Wolcott-Rallison syndrome; neonatal diabetes; Skeletal dysplasia
Loss of function mutations in 3-Hydroxyacyl-CoA Dehydrogenase (HADH) cause protein sensitive hyperinsulinaemic hypoglycaemia (HH). HADH encodes short chain 3-hydroxacyl-CoA dehydrogenase, an enzyme that catalyses the penultimate reaction in mitochondrial β-oxidation of fatty acids. Mutations in GLUD1 encoding glutamate dehydrogenase, also cause protein sensitive HH (due to leucine sensitivity). Reports suggest a protein-protein interaction between HADH and GDH. This study was undertaken in order to understand the mechanism of protein sensitivity in patients with HADH mutations.
An oral leucine tolerance test was conducted in controls and nine patients with HADH mutations. Basal GDH activity and the effect of GTP were determined in lymphoblast homogenates from 4 patients and 3 controls. Immunoprecipitation was conducted in patient and control lymphoblasts to investigate protein interactions.
Patients demonstrated severe HH (glucose range 1.7–3.2 mmol/l; insulin range 4.8-63.8 mU/l) in response to the oral leucine load, this HH was not observed in control patients subjected to the same leucine load. Basal GDH activity and half maximal inhibitory concentration of GTP was similar in patients and controls. HADH protein could be co-immunoprecipitated with GDH protein in control samples but not in patient samples.
We conclude that GDH and HADH have a direct protein-protein interaction, which is lost in patients with HADH mutations causing leucine induced HH. This is not associated with loss of inhibitory effect of GTP on GDH (as in patients with GLUD1 mutations).
Hyperinsulinism; Hypoglycaemia; Leucine tolerance
NEUROG3 plays a central role in the development of both pancreatic islets and enteroendocrine cells. Homozygous hypomorphic missense mutations in NEUROG3 have been recently associated with a rare form of congenital malabsorptive diarrhea secondary to enteroendocrine cell dysgenesis. Interestingly, the patients did not develop neonatal diabetes but childhood-onset diabetes. We hypothesized that null mutations in NEUROG3 might be responsible for the disease in a patient with permanent neonatal diabetes and severe congenital malabsorptive diarrhea.
RESEARCH DESIGN AND METHODS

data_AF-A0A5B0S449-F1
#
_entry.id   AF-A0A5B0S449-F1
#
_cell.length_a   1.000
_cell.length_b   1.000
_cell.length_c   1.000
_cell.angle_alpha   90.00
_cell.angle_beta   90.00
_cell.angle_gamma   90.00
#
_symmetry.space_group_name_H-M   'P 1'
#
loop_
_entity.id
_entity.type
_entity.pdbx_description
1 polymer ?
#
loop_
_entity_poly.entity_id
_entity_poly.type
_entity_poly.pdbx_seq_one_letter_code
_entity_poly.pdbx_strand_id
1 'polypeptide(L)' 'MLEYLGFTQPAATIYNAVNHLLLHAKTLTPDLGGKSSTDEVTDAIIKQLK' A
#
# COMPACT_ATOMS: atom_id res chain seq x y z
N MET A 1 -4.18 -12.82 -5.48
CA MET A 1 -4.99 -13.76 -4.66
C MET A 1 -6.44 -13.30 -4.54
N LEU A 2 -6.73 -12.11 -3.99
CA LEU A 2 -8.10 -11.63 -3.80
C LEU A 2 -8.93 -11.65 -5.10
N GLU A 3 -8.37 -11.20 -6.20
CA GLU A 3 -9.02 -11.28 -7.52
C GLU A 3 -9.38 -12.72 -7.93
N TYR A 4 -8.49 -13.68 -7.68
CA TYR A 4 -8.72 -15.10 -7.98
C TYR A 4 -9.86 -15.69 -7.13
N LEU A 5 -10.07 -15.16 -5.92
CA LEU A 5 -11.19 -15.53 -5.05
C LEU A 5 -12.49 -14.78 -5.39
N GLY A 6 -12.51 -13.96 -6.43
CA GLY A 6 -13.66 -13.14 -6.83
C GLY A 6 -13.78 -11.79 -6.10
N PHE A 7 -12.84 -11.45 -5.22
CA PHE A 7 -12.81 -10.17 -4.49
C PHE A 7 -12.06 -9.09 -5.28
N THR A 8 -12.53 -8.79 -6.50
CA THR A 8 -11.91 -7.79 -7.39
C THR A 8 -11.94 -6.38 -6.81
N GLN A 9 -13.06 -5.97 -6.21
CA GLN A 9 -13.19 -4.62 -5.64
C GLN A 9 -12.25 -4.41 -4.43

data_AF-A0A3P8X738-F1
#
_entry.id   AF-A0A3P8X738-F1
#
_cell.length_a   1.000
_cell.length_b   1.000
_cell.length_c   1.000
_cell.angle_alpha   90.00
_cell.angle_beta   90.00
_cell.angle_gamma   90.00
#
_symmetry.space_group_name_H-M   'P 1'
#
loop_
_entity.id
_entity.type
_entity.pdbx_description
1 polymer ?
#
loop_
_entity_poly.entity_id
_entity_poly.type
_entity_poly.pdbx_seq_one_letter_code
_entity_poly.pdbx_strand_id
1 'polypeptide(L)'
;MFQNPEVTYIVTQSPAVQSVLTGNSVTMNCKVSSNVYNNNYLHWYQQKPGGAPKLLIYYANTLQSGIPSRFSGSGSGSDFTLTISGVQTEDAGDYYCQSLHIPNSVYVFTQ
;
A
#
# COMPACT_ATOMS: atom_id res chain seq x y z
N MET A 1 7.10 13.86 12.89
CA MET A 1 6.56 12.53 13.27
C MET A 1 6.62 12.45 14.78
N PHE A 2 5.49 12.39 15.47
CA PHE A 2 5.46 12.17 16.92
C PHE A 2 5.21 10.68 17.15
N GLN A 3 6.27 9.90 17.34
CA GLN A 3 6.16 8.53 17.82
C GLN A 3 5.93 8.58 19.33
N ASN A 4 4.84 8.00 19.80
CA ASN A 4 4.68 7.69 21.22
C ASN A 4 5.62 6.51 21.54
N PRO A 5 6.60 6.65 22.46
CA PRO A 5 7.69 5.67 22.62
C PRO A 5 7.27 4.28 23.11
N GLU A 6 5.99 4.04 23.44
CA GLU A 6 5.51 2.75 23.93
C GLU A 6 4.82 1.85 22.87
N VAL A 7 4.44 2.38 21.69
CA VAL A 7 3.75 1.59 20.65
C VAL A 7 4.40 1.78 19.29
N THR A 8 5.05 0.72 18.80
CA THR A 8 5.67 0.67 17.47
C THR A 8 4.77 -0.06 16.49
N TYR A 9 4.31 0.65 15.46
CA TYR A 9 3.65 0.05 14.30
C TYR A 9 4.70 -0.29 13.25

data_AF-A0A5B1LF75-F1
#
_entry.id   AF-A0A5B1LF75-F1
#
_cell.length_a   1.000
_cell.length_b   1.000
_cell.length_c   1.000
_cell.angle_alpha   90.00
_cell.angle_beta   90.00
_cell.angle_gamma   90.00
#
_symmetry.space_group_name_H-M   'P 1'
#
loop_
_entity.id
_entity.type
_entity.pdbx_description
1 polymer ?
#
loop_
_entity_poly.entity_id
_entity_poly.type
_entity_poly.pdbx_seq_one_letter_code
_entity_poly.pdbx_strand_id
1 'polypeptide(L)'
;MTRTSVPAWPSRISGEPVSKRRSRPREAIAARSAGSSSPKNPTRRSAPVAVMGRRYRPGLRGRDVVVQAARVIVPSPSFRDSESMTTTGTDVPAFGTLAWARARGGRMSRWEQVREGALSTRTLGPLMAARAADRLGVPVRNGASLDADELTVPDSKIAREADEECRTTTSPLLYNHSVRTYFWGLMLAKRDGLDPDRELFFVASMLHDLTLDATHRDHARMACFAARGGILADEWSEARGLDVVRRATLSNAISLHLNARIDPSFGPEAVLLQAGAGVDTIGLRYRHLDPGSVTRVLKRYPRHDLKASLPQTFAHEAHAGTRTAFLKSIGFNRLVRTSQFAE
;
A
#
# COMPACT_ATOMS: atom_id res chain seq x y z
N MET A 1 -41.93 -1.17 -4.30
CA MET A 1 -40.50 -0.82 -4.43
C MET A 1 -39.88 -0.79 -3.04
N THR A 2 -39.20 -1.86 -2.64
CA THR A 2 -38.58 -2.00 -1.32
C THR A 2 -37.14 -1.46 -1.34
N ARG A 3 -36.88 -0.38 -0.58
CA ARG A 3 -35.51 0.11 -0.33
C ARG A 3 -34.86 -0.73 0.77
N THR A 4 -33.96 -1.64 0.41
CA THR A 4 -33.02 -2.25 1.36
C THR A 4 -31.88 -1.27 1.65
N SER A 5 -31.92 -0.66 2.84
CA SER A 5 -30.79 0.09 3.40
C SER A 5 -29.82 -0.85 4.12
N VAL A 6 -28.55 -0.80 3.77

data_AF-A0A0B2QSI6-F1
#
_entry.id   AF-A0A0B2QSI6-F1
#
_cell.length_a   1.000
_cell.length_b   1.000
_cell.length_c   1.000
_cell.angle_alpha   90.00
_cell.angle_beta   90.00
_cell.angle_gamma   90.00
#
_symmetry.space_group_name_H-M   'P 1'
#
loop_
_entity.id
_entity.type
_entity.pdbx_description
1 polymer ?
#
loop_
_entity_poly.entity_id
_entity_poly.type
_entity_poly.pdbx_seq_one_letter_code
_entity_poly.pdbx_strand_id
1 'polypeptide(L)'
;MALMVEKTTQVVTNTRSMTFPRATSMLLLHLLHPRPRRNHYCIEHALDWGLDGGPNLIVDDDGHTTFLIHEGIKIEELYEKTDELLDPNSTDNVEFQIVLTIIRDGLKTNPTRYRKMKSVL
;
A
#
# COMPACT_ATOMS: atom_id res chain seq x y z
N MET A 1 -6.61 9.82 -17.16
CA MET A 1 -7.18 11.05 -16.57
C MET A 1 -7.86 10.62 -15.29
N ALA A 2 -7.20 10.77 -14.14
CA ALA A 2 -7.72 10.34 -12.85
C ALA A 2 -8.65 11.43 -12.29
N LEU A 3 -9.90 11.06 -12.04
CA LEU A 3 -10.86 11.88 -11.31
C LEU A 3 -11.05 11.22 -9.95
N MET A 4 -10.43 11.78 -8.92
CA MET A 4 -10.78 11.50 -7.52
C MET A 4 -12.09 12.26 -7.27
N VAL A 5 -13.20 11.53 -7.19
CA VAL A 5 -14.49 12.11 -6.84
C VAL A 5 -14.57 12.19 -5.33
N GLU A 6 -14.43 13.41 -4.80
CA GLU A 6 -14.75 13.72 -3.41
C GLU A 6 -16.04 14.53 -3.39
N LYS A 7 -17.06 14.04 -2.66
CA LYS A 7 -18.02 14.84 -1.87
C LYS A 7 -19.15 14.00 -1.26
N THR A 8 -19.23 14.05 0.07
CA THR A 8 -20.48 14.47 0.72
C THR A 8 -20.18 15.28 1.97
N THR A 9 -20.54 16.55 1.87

The single coding exon of NEUROG3 was amplified and sequenced from genomic DNA. The mutant protein isoforms were functionally characterized by measuring their ability to bind to an E-box element in the NEUROD1 promoter in vitro and to induce ectopic endocrine cell formation and cell delamination after in ovo chicken endoderm electroporation.
Two different heterozygous point mutations in NEUROG3 were identified in the proband [c.82G>T (p.E28X) and c.404T>C (p.L135P)], each being inherited from an unaffected parent. Both in vitro and in vivo functional studies indicated that the mutant isoforms are biologically inactive. In keeping with this, no enteroendocrine cells were detected in intestinal biopsy samples from the patient.
Severe deficiency of neurogenin 3 causes a rare novel subtype of permanent neonatal diabetes. This finding confirms the essential role of NEUROG3 in islet development and function in humans.
Congenital hyperinsulinism in infancy (CHI) is characterized by unregulated insulin secretion from pancreatic β-cells; severe forms are associated with defects in ABCC8 and KCNJ11 genes encoding sulfonylurea receptor 1 (SUR1) and Kir6.2 subunits, which form ATP-sensitive K+ (KATP) channels in β-cells. Diazoxide therapy often fails in the treatment of CHI and may be a result of reduced cell surface expression of KATP channels. We hypothesized that conditions known to facilitate trafficking of cystic fibrosis transmembrane regulator (CFTR) and other proteins in recombinant expression systems might increase surface expression of KATP channels in native CHI β-cells.